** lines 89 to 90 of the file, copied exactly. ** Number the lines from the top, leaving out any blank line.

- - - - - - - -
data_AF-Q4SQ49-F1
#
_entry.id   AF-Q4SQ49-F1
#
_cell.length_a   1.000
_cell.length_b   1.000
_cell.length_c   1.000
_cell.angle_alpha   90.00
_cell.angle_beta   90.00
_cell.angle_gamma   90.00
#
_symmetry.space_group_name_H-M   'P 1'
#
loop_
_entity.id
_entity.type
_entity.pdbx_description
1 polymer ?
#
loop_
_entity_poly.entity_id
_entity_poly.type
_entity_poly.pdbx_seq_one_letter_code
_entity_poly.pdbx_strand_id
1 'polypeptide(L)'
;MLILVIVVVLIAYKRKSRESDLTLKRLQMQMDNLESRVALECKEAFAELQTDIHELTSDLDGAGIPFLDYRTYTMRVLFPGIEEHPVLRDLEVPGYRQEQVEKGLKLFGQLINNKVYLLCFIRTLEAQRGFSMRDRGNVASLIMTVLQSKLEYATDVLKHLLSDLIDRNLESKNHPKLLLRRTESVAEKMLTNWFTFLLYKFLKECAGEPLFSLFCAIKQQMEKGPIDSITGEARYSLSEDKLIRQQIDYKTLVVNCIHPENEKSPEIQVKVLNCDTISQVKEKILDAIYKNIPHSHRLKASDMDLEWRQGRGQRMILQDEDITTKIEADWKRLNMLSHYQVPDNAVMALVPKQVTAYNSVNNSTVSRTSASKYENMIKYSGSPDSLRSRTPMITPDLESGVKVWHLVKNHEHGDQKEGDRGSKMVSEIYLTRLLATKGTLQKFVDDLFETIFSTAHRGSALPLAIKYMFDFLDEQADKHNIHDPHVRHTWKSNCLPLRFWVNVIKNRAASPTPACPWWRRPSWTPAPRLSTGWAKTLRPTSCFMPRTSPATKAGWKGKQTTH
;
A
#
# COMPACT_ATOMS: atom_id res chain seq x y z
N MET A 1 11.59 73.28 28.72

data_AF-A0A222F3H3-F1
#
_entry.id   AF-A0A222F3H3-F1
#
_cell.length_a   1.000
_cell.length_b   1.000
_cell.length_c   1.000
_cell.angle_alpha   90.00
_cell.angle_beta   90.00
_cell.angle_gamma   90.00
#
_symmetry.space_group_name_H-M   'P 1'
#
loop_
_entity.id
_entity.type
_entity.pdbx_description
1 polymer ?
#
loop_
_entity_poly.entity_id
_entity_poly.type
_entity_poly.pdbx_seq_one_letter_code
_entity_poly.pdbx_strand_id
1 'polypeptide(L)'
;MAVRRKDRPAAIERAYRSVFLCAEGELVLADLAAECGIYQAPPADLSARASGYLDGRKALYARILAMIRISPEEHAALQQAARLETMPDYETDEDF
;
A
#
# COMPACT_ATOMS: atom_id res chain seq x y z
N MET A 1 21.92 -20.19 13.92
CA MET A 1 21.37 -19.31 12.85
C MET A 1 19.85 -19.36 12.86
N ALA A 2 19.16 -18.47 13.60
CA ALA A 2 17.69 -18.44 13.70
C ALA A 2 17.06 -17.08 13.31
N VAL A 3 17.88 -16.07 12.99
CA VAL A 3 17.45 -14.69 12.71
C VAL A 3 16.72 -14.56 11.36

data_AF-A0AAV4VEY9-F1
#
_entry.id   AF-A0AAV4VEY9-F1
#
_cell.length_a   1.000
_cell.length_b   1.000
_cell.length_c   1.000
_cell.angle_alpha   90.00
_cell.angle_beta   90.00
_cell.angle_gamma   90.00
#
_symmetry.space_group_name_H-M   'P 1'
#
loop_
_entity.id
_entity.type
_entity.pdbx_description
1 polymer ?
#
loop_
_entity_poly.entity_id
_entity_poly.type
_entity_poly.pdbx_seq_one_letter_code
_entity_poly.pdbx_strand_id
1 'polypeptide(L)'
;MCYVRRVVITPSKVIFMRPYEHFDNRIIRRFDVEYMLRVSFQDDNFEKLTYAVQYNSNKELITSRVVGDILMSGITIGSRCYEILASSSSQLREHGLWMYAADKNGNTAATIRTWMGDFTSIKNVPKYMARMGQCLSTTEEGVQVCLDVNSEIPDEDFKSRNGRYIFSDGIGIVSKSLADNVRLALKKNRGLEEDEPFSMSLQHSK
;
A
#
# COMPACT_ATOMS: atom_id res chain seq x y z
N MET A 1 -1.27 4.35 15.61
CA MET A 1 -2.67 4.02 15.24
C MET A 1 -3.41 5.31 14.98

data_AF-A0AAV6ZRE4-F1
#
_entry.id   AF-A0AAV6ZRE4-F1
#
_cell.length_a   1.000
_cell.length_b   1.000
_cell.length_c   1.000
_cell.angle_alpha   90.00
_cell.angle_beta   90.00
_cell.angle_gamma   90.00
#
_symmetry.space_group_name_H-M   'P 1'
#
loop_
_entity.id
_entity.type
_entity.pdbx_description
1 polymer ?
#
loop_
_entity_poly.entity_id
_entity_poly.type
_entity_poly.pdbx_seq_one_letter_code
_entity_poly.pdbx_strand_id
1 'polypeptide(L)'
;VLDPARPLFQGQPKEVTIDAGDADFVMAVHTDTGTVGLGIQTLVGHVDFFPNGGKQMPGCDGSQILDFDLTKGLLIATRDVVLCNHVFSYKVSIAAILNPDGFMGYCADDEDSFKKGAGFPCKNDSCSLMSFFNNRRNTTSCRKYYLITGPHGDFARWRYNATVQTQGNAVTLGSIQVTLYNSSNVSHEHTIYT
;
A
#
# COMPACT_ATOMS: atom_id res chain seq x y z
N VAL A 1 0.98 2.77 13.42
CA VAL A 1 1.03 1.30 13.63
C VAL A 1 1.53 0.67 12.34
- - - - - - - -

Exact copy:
#
loop_